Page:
Sleep Apnea in Babies

December 23, 2017 | no responses | 206

Complete pauses in breathing are called “apneas.” In infancy the frequency of these events increases during the stage of rapid eye movement (REM) sleep. The apneas in infant sleep apnea may be central, obstructive or mixed. Central apneas occur when your body decreases or stops its effort to breathe.

A variety of medical conditions can cause infant sleep apnea or make it worse. These problems include:

Acid reflux

Anemia

Anesthesia

Drugs

Infection

Lung disease

Metabolic disorders

Neurological problems

Seizures

Small upper airway

Infants with infant sleep apnea may need a machine to provide breathing support. They also may need treatment with medications. Both of these options tend to be short-term treatments.

Infant sleep apnea tends to go away as the child grows and matures. Ninety-eight percent of preterm infants will be free of symptoms by 40 weeks after conception. The problem is more likely to persist longer in infants who were born less than 28 weeks after conception.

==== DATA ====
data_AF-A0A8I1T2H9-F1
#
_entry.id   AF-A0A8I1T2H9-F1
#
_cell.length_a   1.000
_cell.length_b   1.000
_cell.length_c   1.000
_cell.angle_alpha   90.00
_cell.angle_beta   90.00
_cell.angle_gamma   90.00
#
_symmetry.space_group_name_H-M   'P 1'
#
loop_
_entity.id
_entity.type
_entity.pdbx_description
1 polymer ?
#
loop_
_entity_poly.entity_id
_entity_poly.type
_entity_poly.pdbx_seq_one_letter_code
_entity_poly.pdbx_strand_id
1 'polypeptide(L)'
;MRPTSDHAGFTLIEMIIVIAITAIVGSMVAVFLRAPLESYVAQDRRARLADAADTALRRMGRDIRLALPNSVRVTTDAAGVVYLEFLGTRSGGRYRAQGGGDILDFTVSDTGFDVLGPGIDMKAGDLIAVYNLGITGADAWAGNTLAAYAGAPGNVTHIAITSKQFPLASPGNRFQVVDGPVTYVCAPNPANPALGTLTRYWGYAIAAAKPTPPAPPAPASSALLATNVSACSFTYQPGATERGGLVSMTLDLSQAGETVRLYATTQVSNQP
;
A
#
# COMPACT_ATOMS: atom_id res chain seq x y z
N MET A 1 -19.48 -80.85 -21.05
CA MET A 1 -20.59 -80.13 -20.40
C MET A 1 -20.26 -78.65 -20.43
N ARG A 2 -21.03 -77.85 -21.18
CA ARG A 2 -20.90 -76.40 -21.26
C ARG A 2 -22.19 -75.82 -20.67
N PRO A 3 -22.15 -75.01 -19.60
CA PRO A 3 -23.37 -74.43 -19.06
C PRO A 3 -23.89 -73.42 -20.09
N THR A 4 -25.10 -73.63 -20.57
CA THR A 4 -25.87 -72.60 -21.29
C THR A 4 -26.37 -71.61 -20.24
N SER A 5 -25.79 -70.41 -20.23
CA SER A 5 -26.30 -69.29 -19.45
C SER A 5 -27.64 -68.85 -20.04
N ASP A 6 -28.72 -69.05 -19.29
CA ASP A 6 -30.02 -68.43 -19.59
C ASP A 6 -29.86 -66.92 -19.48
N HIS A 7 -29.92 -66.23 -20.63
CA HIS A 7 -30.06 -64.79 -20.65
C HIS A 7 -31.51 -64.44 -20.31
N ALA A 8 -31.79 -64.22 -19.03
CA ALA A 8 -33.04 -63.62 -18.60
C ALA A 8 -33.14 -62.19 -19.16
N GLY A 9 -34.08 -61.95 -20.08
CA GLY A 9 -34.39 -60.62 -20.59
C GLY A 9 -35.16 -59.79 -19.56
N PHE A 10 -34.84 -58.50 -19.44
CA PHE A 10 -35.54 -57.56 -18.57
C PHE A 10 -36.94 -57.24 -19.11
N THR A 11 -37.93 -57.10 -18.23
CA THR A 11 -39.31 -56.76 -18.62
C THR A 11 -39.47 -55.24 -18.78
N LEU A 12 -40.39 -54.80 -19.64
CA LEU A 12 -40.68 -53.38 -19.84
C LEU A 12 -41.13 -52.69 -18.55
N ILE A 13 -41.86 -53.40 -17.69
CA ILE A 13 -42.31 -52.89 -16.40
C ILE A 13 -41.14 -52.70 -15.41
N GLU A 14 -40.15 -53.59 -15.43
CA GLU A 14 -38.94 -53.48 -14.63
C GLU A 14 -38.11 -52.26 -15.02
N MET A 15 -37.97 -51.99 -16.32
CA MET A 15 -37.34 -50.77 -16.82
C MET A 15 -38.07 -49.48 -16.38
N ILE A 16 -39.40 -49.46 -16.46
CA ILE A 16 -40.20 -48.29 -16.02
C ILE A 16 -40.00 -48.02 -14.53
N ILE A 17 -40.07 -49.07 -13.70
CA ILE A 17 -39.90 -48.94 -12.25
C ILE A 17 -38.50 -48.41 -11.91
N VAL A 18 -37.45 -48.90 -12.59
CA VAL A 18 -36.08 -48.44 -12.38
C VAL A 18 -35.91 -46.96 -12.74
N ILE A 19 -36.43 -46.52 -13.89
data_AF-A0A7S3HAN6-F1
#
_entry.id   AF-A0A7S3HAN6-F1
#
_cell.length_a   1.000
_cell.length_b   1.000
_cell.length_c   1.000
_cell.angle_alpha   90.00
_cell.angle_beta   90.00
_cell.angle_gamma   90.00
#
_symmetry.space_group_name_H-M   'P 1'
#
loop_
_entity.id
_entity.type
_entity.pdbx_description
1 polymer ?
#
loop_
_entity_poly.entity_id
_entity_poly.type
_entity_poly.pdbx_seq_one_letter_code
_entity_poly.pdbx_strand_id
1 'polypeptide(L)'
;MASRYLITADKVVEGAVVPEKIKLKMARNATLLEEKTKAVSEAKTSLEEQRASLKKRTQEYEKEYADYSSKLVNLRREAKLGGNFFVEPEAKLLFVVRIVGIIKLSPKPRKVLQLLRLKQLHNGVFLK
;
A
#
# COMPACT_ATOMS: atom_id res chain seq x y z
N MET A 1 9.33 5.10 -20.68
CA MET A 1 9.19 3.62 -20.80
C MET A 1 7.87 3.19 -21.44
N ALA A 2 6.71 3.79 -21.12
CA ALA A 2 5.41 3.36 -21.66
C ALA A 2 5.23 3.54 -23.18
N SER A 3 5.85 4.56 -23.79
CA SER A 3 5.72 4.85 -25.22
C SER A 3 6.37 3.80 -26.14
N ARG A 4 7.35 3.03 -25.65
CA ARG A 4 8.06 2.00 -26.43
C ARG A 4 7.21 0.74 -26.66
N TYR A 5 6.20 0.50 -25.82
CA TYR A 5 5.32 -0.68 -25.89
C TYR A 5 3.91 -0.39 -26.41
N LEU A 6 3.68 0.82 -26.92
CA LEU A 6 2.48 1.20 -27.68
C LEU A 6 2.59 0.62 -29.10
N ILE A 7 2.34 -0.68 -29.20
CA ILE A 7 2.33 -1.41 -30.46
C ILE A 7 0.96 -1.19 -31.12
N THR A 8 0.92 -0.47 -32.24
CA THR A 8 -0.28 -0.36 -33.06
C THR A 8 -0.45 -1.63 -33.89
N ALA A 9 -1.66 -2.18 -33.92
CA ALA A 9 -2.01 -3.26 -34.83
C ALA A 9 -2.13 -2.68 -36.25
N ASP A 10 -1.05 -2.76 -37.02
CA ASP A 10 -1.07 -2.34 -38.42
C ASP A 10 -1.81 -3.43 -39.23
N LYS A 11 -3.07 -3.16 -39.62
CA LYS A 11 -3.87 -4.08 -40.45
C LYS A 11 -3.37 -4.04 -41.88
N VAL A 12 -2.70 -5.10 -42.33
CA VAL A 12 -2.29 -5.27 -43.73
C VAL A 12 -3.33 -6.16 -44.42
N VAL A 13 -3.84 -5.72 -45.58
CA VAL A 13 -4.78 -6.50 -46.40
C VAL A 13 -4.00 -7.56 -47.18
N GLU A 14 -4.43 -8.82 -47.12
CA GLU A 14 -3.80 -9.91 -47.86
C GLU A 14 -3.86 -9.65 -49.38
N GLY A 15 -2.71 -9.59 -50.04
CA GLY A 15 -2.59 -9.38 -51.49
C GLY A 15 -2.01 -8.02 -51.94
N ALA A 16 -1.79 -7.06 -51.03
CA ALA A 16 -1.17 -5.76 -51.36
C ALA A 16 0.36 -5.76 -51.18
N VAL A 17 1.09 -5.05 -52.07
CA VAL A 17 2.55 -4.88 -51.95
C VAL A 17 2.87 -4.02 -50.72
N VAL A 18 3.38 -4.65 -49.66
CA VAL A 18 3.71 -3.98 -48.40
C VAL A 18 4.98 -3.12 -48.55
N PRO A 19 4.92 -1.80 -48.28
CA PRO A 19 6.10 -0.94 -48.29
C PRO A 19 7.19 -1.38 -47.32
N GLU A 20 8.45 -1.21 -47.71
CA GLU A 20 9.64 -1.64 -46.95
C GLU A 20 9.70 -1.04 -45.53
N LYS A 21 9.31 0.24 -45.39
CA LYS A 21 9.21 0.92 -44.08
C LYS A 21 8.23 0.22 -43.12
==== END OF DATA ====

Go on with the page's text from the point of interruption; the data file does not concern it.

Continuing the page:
How is it treated?

An infant who has persistent breathing problems during sleep may need an overnight sleep study. This study is called a polysomnogram. It charts your child’s brain waves, heartbeat, and breathing during sleep. It also records arm and leg movements. The sleep study will reveal the nature of your infant’s breathing problem. It also will show the severity of the problem. The study requires your child to spend the night at the sleep center. A parent or guardian also will need to stay at the sleep center with the child.

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